The Florida law in particular is notable because it is supported by GOP Gov. Ron DeSantisRon DeSantisCalifornia dreaming did not become reality for Republicans Florida landlord requiring proof of vaccinations from tenants Anthrax was the COVID-19 of 2001 MORE. Under the law, the state would contract with a wholesaler in Canada, who would provide certain high-cost drugs that the state identifies to a wholesaler in Florida.
Supporters of drug importation also hope to build support for the plans.
Riley said many of the critics of drug importation — namely the pharmaceutical industry — have misleading talking points.
The drugs come from unverified sources, critics argue, and could be tainted.
“These dangerous proposals threaten the safety of patients without delivering the savings they promise and would likely come at a high cost to the state,” according to a blog from the industry group PhRMA.
The group says more than 90 percent of the U.S. market is comprised of less expensive generic medicines.
“The exponentially higher risk of counterfeit, adulterated and substandard products entering the United States and harming patients would be playing Russian roulette with patients’ lives,” PhRMA said.
Riley said those arguments have some merit for unverified personal importation, but noted that contracting with wholesalers, while more cumbersome than direct personal importation, is much safer.
“There are checks and balances built in. We know where the drugs come from,” she said.
Health care consultant Alex Shekhdar, founder of Sycamore Creek Healthcare Advisors, said even though using wholesalers to import drugs is safer, states will still have safety gaps that need to be filled, because the regulatory systems of the U.S. and Canada are different.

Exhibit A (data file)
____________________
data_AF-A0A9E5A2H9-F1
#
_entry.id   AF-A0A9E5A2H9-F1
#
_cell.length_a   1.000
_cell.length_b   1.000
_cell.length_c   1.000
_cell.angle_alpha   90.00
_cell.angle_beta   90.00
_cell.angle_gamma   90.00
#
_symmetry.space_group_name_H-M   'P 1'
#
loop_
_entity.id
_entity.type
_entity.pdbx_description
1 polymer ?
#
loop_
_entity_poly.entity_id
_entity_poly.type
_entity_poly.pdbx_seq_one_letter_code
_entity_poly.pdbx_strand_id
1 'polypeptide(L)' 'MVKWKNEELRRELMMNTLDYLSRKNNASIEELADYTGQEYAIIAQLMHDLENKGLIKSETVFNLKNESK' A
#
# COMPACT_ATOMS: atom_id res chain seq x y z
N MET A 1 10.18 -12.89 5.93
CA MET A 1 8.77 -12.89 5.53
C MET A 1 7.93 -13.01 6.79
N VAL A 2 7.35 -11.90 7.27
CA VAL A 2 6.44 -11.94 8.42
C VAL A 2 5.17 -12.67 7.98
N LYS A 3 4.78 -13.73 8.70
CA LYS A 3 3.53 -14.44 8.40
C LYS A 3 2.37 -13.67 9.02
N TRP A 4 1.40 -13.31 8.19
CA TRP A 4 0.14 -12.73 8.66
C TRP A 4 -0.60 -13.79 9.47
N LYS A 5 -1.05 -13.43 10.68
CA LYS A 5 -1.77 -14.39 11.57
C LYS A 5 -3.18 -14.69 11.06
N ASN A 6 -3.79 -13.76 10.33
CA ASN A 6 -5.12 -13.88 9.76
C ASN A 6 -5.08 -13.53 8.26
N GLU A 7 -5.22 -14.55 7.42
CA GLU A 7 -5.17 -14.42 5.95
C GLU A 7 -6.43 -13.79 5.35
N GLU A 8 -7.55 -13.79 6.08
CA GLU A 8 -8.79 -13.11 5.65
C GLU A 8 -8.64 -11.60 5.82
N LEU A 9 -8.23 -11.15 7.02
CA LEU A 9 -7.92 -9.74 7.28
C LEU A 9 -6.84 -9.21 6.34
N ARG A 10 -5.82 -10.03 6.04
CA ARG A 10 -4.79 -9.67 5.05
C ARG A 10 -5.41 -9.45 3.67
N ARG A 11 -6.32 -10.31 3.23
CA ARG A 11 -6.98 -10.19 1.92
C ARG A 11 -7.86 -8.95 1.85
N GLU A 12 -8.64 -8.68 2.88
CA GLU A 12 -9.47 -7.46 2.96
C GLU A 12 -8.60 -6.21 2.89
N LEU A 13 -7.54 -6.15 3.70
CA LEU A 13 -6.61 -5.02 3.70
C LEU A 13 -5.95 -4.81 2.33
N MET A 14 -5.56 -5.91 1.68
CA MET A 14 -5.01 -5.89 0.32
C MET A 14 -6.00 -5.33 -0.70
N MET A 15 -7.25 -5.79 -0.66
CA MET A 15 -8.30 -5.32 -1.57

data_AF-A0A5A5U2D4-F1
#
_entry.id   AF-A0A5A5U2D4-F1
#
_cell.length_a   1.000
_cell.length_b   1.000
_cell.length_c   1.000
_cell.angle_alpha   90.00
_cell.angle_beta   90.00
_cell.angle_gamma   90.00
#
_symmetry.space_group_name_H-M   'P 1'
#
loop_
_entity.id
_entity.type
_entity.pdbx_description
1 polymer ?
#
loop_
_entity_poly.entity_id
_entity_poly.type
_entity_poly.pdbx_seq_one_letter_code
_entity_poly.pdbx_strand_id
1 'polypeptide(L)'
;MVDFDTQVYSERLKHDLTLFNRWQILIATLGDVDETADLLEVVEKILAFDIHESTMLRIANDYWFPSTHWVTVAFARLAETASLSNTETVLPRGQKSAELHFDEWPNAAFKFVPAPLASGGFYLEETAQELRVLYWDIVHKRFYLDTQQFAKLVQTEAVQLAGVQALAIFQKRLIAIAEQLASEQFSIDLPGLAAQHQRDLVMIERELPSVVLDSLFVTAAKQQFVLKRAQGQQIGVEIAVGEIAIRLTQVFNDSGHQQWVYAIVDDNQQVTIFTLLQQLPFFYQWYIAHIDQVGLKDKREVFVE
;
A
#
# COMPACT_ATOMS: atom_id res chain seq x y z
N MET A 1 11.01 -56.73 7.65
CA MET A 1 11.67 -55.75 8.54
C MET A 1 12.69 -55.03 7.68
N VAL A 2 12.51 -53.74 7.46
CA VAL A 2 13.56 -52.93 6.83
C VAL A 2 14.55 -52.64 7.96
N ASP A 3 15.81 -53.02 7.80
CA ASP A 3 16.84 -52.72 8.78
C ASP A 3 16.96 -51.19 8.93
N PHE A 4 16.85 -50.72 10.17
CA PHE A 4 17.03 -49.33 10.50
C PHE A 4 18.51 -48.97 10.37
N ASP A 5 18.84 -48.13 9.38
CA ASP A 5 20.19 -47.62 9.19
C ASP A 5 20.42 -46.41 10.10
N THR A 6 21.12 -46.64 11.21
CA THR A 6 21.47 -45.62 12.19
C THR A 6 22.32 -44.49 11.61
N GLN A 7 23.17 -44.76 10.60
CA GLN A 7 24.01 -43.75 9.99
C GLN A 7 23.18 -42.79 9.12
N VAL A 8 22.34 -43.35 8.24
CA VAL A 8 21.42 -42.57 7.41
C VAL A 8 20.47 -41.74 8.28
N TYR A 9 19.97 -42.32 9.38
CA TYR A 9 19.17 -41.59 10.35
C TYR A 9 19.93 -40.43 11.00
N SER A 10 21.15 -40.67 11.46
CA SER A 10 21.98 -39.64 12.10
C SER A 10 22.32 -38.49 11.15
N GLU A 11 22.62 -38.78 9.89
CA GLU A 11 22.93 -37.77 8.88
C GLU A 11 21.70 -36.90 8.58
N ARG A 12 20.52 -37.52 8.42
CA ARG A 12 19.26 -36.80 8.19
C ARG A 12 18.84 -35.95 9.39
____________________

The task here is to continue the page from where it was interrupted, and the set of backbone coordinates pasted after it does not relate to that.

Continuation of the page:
“It’s better to regulate or police [wholesalers], instead of the Wild West where individuals can get it from wherever they want,” Shekhdar said, adding that much depends on the integrity of the international wholesalers.
“It’s not a zero-risk game,” he said.
Jeff Myers, a drug pricing consultant, said he understands the reluctance to believe industry’s “scaremongering,” but there are major hurdles that the states haven’t addressed.
“If you’re building an infrastructure to move products, and take advantage of Canadian pricing, it’s … not real clear that you can actually do it in any meaningful way, even if FDA can say it’s safe,” Myers said.
“Even a state as big as Florida can’t just wave a magic wand and start sucking down drugs from Canada. It involves a big infrastructure build. And right now it just doesn’t exist,” he said.
Much of the push will also come down to Azar.
The 2003 Medicare Modernization Act directs the FDA to allow pharmacists and wholesalers to import prescription drugs from Canada, but only if certain safety precautions are followed.
The HHS secretary needs to certify that importation would not pose an additional risk to the public’s health and safety, and that it would result in a “significant” reduction in the cost of covered products to the American consumer.
States have tried to allow drug importation in the past, but HHS has never signed off on the plans.
But that could now change.
Azar recently acknowledged that the marketplace has changed dramatically since 2003, signaling possible changes ahead.
“I do believe that the channel has changed quite substantially since these issues were first addressed in the early 2000s — increased international channels of distribution, increased major players and wholesale retail distribution in pharmacy,” Azar told reporters.
“That, I think, could open the door to safe approaches.”